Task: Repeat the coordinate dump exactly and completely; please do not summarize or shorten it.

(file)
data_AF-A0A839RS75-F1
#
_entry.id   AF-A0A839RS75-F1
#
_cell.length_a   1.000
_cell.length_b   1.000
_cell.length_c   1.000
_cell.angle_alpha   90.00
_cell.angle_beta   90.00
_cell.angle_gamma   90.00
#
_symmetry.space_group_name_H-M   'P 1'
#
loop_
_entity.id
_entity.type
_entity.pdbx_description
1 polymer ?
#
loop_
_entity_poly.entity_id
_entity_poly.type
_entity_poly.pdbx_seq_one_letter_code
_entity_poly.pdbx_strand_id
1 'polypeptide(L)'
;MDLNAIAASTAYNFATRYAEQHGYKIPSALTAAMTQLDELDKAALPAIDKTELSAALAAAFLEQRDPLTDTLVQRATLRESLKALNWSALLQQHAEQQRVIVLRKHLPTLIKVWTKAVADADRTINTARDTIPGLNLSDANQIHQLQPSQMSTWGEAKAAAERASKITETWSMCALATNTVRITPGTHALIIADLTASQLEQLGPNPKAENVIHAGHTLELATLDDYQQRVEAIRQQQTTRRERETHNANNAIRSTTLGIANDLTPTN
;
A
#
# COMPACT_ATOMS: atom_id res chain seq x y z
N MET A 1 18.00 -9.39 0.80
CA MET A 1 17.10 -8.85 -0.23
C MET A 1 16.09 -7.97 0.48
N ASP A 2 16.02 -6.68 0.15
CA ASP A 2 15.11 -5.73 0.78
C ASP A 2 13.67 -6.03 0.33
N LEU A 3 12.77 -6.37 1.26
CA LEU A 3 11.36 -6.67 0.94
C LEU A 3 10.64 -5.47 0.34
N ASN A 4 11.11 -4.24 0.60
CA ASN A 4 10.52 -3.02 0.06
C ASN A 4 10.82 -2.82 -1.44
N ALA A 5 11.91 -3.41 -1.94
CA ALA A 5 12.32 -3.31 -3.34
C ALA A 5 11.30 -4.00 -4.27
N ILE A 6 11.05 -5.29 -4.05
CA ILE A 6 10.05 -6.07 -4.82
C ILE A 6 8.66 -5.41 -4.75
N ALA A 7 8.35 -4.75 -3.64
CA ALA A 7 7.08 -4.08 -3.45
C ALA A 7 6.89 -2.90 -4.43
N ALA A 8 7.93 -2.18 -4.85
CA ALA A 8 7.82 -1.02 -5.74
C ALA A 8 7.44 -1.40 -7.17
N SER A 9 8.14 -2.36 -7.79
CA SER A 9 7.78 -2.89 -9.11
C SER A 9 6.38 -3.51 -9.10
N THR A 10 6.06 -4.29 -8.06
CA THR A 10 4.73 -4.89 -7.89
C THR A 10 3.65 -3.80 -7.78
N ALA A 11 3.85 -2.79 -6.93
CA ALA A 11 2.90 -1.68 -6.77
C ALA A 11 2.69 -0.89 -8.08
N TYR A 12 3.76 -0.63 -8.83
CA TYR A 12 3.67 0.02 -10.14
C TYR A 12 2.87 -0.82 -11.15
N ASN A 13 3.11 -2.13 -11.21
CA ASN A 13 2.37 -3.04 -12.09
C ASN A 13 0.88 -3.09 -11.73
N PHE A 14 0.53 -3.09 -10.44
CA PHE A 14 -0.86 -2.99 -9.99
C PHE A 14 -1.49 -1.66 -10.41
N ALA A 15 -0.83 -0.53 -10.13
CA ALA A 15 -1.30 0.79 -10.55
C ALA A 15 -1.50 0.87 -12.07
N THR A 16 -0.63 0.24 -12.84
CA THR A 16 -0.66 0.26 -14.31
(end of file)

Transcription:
data_AF-A0A839RS75-F1
#
_entry.id   AF-A0A839RS75-F1
#
_cell.length_a   1.000
_cell.length_b   1.000
_cell.length_c   1.000
_cell.angle_alpha   90.00
_cell.angle_beta   90.00
_cell.angle_gamma   90.00
#
_symmetry.space_group_name_H-M   'P 1'
#
loop_
_entity.id
_entity.type
_entity.pdbx_description
1 polymer ?
#
loop_
_entity_poly.entity_id
_entity_poly.type
_entity_poly.pdbx_seq_one_letter_code
_entity_poly.pdbx_strand_id
1 'polypeptide(L)'
;MDLNAIAASTAYNFATRYAEQHGYKIPSALTAAMTQLDELDKAALPAIDKTELSAALAAAFLEQRDPLTDTLVQRATLRESLKALNWSALLQQHAEQQRVIVLRKHLPTLIKVWTKAVADADRTINTARDTIPGLNLSDANQIHQLQPSQMSTWGEAKAAAERASKITETWSMCALATNTVRITPGTHALIIADLTASQLEQLGPNPKAENVIHAGHTLELATLDDYQQRVEAIRQQQTTRRERETHNANNAIRSTTLGIANDLTPTN
;
A
#
# COMPACT_ATOMS: atom_id res chain seq x y z
N MET A 1 18.00 -9.39 0.80
CA MET A 1 17.10 -8.85 -0.23
C MET A 1 16.09 -7.97 0.48
N ASP A 2 16.02 -6.68 0.15
CA ASP A 2 15.11 -5.73 0.78
C ASP A 2 13.67 -6.03 0.33
N LEU A 3 12.77 -6.37 1.26
CA LEU A 3 11.36 -6.67 0.94
C LEU A 3 10.64 -5.47 0.34
N ASN A 4 11.11 -4.24 0.60
CA ASN A 4 10.52 -3.02 0.06
C ASN A 4 10.82 -2.82 -1.44
N ALA A 5 11.91 -3.41 -1.94
CA ALA A 5 12.32 -3.31 -3.34
C ALA A 5 11.30 -4.00 -4.27
N ILE A 6 11.05 -5.29 -4.05
CA ILE A 6 10.05 -6.07 -4.82
C ILE A 6 8.66 -5.41 -4.75
N ALA A 7 8.35 -4.75 -3.64
CA ALA A 7 7.08 -4.08 -3.45
C ALA A 7 6.89 -2.90 -4.43
N ALA A 8 7.93 -2.18 -4.85
CA ALA A 8 7.82 -1.02 -5.74
C ALA A 8 7.44 -1.40 -7.17
N SER A 9 8.14 -2.36 -7.79
CA SER A 9 7.78 -2.89 -9.11
C SER A 9 6.38 -3.51 -9.10
N THR A 10 6.06 -4.29 -8.06
CA THR A 10 4.73 -4.89 -7.89
C THR A 10 3.65 -3.80 -7.78
N ALA A 11 3.85 -2.79 -6.93
CA ALA A 11 2.90 -1.68 -6.77
C ALA A 11 2.69 -0.89 -8.08
N TYR A 12 3.76 -0.63 -8.83
CA TYR A 12 3.67 0.02 -10.14
C TYR A 12 2.87 -0.82 -11.15
N ASN A 13 3.11 -2.13 -11.21
CA ASN A 13 2.37 -3.04 -12.09
C ASN A 13 0.88 -3.09 -11.73
N PHE A 14 0.53 -3.09 -10.44
CA PHE A 14 -0.86 -2.99 -9.99
C PHE A 14 -1.49 -1.66 -10.41
N ALA A 15 -0.83 -0.53 -10.13
CA ALA A 15 -1.30 0.79 -10.55
C ALA A 15 -1.50 0.87 -12.07
N THR A 16 -0.63 0.24 -12.84
CA THR A 16 -0.66 0.26 -14.31